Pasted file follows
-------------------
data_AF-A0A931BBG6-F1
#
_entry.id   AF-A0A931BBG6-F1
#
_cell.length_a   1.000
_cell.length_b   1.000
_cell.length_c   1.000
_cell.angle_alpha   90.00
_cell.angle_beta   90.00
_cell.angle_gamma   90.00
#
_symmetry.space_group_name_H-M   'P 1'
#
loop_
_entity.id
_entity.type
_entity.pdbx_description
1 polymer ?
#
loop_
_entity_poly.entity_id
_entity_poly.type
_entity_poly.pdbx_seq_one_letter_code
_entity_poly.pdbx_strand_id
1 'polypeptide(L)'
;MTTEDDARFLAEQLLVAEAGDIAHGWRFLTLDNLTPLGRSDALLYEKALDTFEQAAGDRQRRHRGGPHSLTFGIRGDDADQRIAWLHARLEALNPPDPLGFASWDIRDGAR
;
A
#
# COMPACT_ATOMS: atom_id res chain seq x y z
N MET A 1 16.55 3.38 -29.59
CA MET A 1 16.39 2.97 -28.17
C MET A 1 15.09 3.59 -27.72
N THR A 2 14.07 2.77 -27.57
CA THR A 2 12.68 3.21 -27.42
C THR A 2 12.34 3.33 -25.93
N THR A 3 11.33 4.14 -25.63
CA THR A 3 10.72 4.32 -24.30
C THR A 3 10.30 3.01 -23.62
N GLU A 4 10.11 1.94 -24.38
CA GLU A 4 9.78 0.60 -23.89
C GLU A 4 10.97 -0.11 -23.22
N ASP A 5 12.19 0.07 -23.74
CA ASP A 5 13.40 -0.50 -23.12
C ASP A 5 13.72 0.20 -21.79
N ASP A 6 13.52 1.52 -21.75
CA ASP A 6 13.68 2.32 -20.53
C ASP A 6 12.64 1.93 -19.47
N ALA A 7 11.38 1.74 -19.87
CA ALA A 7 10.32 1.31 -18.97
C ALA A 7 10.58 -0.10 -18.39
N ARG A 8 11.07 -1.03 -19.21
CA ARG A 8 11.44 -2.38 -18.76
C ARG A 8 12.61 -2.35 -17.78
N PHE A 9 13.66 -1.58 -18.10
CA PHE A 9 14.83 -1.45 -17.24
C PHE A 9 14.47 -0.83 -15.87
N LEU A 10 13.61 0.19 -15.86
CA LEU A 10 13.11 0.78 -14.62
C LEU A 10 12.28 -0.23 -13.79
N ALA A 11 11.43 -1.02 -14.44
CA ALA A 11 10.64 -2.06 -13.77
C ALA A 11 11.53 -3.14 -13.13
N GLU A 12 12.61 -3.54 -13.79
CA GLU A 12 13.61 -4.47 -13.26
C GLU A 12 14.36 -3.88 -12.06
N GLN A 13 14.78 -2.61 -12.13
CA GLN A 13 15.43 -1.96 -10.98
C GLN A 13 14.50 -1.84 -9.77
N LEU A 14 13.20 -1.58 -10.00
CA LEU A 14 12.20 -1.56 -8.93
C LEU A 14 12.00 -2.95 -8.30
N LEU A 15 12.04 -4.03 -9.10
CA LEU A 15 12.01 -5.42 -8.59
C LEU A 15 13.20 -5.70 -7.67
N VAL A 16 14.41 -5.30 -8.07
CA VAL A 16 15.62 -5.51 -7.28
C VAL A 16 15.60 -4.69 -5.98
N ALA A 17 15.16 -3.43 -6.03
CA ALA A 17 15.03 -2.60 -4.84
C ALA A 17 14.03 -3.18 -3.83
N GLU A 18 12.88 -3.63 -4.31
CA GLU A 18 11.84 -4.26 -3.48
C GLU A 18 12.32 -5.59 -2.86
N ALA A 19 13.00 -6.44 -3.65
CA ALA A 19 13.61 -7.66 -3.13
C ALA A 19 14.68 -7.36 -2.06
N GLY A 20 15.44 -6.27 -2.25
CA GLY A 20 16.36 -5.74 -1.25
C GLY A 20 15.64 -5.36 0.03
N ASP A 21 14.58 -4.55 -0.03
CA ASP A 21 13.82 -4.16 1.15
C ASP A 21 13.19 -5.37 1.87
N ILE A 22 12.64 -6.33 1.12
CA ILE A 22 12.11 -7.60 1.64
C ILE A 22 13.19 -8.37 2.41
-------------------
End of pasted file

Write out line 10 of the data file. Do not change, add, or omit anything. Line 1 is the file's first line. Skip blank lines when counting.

_cell.angle_gamma   90.00